9.3 Retention across the continuum of care
Consolidated ARV guidelines, June 2013
9.3.2 Good practices for retention across the continuum of care
Optimizing retention in HIV care requires interventions at multiple levels of the health care system as well as implementation research. Given the broad array of challenges and heterogeneity of barriers across settings, no single approach is likely to work for everyone in all settings. Improving the understanding of barriers and innovative strategies to address them are important priorities in implementation research and public health.
Studies show that the direct and indirect costs of care affect the ability of people living with HIV to remain in care. They consistently report that the distance from health care facilities is a barrier to retention in diverse settings and along the continuum of HIV care. Related transport costs and loss of income while seeking care serve as disincentives when health facilities are located far from the person’s home. Bringing services closer to communities, where feasible, reduces the indirect costs of care for the people living with HIV and their families and improves retention.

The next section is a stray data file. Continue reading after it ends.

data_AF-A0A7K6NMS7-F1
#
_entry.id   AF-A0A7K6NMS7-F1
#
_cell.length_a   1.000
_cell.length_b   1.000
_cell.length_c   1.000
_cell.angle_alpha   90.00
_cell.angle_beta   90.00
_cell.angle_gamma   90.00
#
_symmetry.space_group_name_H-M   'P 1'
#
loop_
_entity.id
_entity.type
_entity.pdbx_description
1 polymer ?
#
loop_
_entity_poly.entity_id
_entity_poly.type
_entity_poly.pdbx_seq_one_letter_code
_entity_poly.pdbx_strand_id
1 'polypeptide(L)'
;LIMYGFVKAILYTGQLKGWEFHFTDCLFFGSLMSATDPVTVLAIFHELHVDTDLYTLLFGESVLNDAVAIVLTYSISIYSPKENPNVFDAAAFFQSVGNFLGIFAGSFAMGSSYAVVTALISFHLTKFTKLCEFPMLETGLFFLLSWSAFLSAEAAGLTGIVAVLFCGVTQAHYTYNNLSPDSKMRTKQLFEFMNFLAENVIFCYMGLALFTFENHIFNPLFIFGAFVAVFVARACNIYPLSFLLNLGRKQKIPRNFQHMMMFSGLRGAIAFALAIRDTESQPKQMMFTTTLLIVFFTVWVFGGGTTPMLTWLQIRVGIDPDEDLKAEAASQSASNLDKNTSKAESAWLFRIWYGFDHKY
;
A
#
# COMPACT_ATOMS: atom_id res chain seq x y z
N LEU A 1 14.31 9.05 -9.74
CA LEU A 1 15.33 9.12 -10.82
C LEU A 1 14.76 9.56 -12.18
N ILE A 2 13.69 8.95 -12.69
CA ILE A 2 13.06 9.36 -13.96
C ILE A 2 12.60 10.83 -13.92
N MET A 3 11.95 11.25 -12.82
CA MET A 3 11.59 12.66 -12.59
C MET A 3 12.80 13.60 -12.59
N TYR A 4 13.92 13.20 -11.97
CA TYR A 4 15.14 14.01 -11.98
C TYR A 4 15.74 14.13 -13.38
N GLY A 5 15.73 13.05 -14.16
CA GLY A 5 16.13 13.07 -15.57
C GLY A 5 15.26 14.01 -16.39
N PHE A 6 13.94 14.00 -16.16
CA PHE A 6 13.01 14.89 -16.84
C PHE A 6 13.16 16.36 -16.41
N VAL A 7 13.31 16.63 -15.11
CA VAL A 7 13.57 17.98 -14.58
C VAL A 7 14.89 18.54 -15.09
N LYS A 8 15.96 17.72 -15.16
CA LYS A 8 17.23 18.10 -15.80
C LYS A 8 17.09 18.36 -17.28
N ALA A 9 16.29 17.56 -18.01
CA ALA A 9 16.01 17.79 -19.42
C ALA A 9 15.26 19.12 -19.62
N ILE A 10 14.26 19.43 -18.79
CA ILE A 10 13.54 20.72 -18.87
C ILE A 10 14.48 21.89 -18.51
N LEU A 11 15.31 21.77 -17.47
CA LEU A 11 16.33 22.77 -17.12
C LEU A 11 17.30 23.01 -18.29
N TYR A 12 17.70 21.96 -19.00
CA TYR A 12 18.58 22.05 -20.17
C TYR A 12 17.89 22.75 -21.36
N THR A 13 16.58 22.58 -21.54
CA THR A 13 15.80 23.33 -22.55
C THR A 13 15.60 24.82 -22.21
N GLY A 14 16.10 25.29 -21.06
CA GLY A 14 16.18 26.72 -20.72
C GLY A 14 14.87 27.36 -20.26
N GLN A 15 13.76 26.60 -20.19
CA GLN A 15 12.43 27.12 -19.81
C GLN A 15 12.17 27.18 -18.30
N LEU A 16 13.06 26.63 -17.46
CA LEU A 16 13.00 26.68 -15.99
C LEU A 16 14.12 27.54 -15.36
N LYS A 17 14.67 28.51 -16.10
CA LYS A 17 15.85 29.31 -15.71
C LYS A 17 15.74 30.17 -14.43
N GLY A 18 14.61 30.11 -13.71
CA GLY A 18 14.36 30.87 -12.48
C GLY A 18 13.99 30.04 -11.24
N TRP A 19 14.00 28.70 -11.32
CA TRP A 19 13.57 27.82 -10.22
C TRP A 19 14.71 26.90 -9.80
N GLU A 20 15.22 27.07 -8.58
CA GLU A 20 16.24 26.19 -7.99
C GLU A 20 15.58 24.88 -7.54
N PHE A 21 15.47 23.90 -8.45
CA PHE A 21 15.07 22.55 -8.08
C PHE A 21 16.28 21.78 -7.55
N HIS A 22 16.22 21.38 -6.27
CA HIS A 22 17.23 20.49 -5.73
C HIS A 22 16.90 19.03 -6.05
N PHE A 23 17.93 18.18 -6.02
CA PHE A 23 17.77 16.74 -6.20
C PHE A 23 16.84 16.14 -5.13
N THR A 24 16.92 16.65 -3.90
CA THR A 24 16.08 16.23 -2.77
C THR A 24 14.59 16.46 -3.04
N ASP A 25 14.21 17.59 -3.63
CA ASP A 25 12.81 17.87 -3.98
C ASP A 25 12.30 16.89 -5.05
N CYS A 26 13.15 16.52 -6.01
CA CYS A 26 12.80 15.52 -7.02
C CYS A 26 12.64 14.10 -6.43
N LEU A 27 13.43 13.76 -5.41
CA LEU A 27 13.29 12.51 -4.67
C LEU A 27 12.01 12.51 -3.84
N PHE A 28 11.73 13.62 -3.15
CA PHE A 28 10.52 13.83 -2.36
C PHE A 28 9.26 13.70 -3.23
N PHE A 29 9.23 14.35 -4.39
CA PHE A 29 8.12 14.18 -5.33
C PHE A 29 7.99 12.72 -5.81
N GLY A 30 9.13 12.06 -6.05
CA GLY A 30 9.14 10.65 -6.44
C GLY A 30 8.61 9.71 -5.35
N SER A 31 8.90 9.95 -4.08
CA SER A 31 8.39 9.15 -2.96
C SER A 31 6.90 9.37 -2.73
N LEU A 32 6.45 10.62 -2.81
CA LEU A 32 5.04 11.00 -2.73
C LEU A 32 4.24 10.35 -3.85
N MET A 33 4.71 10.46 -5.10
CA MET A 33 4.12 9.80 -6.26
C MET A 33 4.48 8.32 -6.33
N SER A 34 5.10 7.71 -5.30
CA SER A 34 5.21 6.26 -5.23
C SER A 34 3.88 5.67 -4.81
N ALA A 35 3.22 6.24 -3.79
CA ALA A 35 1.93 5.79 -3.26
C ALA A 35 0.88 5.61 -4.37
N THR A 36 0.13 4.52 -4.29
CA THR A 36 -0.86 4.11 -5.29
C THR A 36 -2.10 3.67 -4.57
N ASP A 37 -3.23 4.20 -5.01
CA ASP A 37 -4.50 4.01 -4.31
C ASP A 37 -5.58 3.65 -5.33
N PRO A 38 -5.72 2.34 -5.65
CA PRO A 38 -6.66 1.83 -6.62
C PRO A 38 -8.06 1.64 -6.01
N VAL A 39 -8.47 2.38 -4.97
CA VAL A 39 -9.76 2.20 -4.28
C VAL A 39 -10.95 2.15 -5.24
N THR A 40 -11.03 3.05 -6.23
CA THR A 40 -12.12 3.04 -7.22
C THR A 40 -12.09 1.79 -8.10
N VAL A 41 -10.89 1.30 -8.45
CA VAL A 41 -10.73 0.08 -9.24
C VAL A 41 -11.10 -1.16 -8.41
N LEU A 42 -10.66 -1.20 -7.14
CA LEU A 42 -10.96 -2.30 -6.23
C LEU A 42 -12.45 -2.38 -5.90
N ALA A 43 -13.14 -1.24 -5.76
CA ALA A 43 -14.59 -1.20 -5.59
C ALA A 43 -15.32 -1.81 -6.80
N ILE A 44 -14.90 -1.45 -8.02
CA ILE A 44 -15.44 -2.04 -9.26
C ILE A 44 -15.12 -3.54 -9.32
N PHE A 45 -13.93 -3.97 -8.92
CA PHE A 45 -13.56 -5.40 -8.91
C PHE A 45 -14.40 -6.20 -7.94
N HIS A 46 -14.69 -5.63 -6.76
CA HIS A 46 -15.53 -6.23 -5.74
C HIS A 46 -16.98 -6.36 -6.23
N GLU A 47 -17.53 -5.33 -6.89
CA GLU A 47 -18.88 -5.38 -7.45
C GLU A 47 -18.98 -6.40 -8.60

Waiting times at the facility during consultation are frequently high, especially in settings with a high burden of HIV infection (58,59). Reorganizing services, such as systems for appointment, triage, separating clinical consultation visits from visits to pick up medicine, integrating and linking services and family-focused care may reduce waiting times at the health facility (59,60).
Many people living with HIV who are not yet eligible for ART may not attend clinic appointments and may not return to care until they are symptomatic. Regularly following up these individuals is important to ensure continual monitoring and timely initiation of ART. Countries have used approaches and achieved positive outcomes, including providing co-trimoxazole prophylaxis free of user charges, on-site or immediate CD4 testing with same-day results and peer support to improve retention in care (22,61,62).
Key populations generally experience more barriers to accessing health services. Interventions harnessing social support have emerged as a promising approach to counteract the structural, economic, service delivery and psychosocial constraints that affect retention in care.
Table 9.1 summarizes the factors related to the health system and people receiving ART influencing retention and adherence and potential interventions.